Posted by: melissarizor | February 11, 2015

“Equality” in Leadership

“I’m fed up with this tyranny of either/or choices in life — ‘either it’s men, or it’s women.’ We need to start embracing the beauty of balance.”

Halla Tomasdottir

This is a quote from Halla Tomasdottir’s TED Talk that we watched in class on Tuesday. We have talked frequently about gender and social and societal roles in a dichotomous way- men versus women. However, we have also recognized the need for the degendering of leadership in a way that creates a sense of “balance” and disregards the patriarchal hierarchy.

Halla states that she is tired of choosing between men and women, and the difference between them. She calls for unanimity between both. However, she states that “women’s values” are the key to solving financial crises. She doesn’t blame men for the economic collapse of Iceland, but she points attention to the open-ended statement that men were the ones at the helm of Iceland’s economy and banking industry during the collapse. If Halla is calling for a balance between men and women, stating that she is tired of a polarized view of values and leadership, then how is shifting the blame to men not turning the situation around to devalue the roles of males in society?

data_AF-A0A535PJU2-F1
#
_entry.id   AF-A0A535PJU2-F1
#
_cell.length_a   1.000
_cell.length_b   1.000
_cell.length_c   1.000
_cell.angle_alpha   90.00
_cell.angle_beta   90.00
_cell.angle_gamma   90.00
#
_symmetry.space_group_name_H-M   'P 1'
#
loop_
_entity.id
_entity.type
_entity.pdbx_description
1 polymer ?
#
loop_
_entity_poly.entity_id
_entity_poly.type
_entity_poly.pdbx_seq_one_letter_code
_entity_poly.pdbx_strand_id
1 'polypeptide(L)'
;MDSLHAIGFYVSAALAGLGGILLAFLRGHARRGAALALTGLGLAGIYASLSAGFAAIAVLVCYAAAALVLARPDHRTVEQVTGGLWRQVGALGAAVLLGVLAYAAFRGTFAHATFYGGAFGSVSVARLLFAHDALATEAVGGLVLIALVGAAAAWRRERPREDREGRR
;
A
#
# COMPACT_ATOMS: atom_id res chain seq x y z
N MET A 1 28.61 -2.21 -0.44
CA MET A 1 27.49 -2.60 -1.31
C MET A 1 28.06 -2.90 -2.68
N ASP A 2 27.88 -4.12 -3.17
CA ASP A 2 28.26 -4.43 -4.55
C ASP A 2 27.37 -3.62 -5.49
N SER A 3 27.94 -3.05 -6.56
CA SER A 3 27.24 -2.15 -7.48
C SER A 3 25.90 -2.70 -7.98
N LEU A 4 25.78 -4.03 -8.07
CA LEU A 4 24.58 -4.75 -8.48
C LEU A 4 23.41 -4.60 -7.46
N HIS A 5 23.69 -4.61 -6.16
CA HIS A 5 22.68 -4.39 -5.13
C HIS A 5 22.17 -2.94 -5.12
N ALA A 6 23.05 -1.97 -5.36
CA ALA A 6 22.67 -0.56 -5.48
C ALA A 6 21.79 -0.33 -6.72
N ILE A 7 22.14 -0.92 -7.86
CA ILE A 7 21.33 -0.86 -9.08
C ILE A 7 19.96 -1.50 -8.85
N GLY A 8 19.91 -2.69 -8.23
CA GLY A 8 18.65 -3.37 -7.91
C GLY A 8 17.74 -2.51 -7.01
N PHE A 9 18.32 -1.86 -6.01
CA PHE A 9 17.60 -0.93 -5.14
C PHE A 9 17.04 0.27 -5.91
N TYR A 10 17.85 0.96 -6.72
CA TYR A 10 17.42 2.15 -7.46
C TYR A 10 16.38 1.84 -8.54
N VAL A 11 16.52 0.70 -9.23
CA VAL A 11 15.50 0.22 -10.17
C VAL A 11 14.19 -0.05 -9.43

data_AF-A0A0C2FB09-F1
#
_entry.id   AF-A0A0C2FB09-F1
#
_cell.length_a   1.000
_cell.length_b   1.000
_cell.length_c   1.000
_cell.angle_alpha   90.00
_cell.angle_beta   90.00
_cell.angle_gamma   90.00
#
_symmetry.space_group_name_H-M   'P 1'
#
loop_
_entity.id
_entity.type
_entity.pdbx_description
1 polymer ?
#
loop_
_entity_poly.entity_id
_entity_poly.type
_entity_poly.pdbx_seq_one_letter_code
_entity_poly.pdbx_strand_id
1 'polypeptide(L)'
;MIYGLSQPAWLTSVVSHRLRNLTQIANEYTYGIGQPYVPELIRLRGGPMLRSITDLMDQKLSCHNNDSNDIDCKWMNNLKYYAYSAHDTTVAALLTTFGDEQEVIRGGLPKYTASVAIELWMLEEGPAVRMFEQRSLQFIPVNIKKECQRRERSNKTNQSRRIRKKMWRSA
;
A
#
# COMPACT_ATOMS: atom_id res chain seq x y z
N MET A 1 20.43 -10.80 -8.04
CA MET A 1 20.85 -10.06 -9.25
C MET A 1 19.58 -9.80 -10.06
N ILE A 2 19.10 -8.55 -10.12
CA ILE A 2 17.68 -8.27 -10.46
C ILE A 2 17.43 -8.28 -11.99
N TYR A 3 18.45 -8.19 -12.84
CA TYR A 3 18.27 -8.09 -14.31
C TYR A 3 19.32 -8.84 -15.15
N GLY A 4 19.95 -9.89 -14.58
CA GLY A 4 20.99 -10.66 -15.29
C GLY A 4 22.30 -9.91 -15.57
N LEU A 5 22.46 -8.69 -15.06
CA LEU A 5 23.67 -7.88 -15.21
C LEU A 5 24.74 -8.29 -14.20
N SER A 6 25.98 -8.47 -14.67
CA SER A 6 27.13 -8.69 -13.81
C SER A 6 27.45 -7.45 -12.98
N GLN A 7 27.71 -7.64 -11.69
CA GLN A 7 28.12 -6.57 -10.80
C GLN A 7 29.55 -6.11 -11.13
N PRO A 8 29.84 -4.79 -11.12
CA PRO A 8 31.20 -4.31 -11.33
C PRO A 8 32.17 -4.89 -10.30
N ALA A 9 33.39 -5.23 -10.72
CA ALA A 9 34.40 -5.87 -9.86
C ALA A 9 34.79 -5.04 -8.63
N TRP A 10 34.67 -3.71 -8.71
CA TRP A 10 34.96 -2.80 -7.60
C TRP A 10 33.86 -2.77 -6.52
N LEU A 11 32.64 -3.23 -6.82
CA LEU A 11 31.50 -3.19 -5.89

We have agreed with Halla in class, stating that we need “equality” in leadership in society. But is “equality” really the word we are looking for? Maybe acceptance would fit better. Do you think that what we are searching for when we search for “equality” is more of a search for the acceptance of diversity and the eradication of sameness? Why?

The discussion of how women and men lead differently is an interesting subject to navigate. Research continually states that women and men do not lead in ways that are statistically different. However, we have spent the last six weeks discussing how men and women are different in terms of traits, tendencies, and stereotypes. If we are to accept diversity eradicate sameness throughout society, what are some of the ways we can go about doing this? How can we, as the next generation of educated leaders and entrepanuers, begin to avoid these issues that we are navigating in current society? Can we? We are equipped and knowledgeable about these ideas of gender differences in leaders, and how these ideas are adapting as society changes over time. How can we adapt our leadership approaches now to facilitate the balance between the leadership of men and women as our generation begins to take the place of those who have come before us?